Saturday, 28 January 2012

The birds sang today

Today, as if by agreement, the birds began to sing. It started with a chaffinch at Cley where I was talking and walking with Reg, Norfolk Wildlife Trust’s conservation manager. This chaffinch was singing from a hawthorn in a not-really-spring-don’t-listen-to-me sort of way. Later though, chaffinches were singing confidently everywhere and they weren’t the only ones. But I’m getting ahead of myself. First we have to visit the East Bank where a water rail was screeching from a wisp of ditch-side reed. I continue my curious run of luck with this reticent bird; it’s as if their resolution for 2012 has been to get out more. Over the bank on Arnold’s Marsh were plenty of dunlin and redshank but no western sandpiper. From the great beds of reed bearded tits pinged cheerily to themselves and an out-of-sight Cetti’s warbler gave its sharp electric call. Meanwhile the sun beamed for a second day.

Next stop Blakeney Freshmarsh, from both sides. At the Cley end were more bearded tits, a drumming great spotted woodpecker, and another invisible calling Cetti’s who plinked briefly into exuberant song. From the Friary Hills end we watched squadrons of too-distant pinks in the grazing marshes and gave up any hope of finding a tundra bean among them. Here the chaffinches were all a-clatter and a greenfinch, my first such singer of the year, wheezed from a stand of pine. In the harbour a herring gull shrieked its demonic laughter of a song. The birds have most definitely decided it’s spring.

At Burnham Overy a black-headed gull gave a snatch of its breeding-colony call and, with annual mercury and alexanders flowering around us, things felt distinctly springy. The beach was bare, except for a single bar-tailed godwit flying over a dejected collection of gulls. Back in the saltmarsh two pipits loudly lisped from the dishevelled mat of sea purslane and Reg and I turned to each other in wordless agreement: rock pipits. The grazing marshes here heaved with lapwing, curlew and golden plover (singing too: how I love their dippy sci-fi song). Overhead were marsh harriers and, our most-hoped-for-bird, a single rough-legged buzzard which thoughtfully flew past a common buzzard (for ease of comparison) and landed on a grassy mound. Reaching the road we disturbed a green woodpecker which flew along a hawthorn hedgeline flashing its mustardy behind.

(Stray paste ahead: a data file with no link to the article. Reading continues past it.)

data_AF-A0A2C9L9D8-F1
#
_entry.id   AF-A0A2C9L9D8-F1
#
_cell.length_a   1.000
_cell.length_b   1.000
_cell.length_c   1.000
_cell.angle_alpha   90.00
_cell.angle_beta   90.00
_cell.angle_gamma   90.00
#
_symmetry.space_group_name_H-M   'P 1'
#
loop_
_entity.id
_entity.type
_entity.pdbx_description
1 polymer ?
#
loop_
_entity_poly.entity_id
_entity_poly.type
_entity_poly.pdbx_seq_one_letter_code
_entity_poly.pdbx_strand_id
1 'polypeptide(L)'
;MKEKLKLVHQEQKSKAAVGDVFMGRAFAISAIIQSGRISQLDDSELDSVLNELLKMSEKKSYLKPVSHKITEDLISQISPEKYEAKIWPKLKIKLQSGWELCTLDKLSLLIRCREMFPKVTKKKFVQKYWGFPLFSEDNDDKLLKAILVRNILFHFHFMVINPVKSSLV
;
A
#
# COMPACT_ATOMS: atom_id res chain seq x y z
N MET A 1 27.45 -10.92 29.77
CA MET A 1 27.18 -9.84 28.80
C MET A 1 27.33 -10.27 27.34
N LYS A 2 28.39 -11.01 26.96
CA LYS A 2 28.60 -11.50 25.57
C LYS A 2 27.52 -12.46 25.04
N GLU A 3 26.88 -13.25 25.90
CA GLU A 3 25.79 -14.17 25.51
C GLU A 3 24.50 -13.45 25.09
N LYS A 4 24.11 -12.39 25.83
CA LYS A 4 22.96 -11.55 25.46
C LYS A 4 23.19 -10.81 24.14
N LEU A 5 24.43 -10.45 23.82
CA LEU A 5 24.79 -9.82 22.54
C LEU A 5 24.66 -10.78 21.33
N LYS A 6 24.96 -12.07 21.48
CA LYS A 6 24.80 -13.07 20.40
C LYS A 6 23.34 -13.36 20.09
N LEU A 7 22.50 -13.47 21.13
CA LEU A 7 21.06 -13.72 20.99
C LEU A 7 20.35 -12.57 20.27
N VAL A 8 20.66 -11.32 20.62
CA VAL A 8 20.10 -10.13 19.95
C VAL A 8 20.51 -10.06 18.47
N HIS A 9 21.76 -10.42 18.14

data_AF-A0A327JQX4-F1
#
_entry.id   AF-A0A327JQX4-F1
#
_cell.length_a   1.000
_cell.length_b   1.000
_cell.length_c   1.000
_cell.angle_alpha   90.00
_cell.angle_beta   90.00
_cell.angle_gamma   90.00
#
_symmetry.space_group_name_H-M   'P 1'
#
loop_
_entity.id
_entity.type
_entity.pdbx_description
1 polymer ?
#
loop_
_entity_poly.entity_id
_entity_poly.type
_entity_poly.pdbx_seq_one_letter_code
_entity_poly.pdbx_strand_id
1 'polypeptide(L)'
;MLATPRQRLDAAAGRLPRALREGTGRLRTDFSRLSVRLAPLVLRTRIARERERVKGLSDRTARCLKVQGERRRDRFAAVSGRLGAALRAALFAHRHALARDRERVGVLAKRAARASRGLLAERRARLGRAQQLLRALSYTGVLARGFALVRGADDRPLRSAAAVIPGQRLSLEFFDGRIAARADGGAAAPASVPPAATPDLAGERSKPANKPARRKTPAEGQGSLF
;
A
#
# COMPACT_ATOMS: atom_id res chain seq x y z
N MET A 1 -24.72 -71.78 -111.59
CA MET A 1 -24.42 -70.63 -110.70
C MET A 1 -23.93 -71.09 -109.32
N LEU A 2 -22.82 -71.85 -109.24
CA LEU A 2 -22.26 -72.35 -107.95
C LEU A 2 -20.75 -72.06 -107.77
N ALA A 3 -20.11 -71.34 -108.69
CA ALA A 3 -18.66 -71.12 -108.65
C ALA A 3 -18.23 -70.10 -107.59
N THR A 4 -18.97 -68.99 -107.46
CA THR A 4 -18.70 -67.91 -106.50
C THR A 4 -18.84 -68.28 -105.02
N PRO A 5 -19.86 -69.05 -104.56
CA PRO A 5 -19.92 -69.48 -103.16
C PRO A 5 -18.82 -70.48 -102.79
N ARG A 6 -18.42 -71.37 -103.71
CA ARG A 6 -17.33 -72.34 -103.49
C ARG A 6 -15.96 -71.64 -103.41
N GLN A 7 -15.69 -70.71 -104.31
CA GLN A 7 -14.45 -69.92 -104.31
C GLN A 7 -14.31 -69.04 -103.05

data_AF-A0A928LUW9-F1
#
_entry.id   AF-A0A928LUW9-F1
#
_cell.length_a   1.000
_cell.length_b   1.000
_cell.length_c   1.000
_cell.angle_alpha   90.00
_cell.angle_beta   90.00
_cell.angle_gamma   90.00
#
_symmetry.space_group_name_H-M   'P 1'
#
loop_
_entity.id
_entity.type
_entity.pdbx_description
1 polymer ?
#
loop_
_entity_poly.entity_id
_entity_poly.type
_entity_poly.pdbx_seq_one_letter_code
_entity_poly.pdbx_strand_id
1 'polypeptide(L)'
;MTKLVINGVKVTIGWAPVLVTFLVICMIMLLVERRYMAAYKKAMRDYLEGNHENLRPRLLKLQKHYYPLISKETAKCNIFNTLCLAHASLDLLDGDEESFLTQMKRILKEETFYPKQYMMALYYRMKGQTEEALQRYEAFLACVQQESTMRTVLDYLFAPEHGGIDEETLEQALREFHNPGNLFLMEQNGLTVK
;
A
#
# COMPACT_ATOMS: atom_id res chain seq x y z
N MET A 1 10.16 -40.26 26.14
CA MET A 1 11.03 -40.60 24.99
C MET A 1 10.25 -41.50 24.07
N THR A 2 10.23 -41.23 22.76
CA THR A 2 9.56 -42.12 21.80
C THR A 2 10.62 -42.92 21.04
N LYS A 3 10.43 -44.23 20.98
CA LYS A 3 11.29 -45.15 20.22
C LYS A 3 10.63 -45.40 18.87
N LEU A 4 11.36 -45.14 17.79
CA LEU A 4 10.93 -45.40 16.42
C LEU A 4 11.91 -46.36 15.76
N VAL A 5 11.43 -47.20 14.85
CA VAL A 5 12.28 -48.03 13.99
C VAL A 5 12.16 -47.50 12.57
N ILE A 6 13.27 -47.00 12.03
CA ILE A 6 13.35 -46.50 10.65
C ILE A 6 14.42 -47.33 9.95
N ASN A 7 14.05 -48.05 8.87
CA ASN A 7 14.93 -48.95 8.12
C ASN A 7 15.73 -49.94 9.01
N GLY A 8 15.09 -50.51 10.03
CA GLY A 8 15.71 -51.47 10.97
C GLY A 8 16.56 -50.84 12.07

Still more was to come: by the beach road at Wells a handsome, stocky black brant grazed the golf greens in the company of many hundreds of his Russian cousins. It’s a fine place for birds this Norfolk of ours.

Driving home I found myself in the village where I grew up so I nipped to the two crooked old oaks where the little owls lived. They still do. At least one of them does, hunkered today almost invisibly in a thick bed of ivy.


common stonechat
Saxicola torquata
grey partridge
Perdix perdix
bar-tailed godwit
Limosa lapponica
rock pipit
Anthus petrosus
rough-legged buzzard
Buteo lagopus
green woodpecker
Picus viridis

black brant
Branta bernicla nigricans
little owl
Athene noctua

2012 Totals
Mammals: 9
Birds: 117
Reptiles: 0
Amphibians: 0
Fish: 0

No comments:

Post a Comment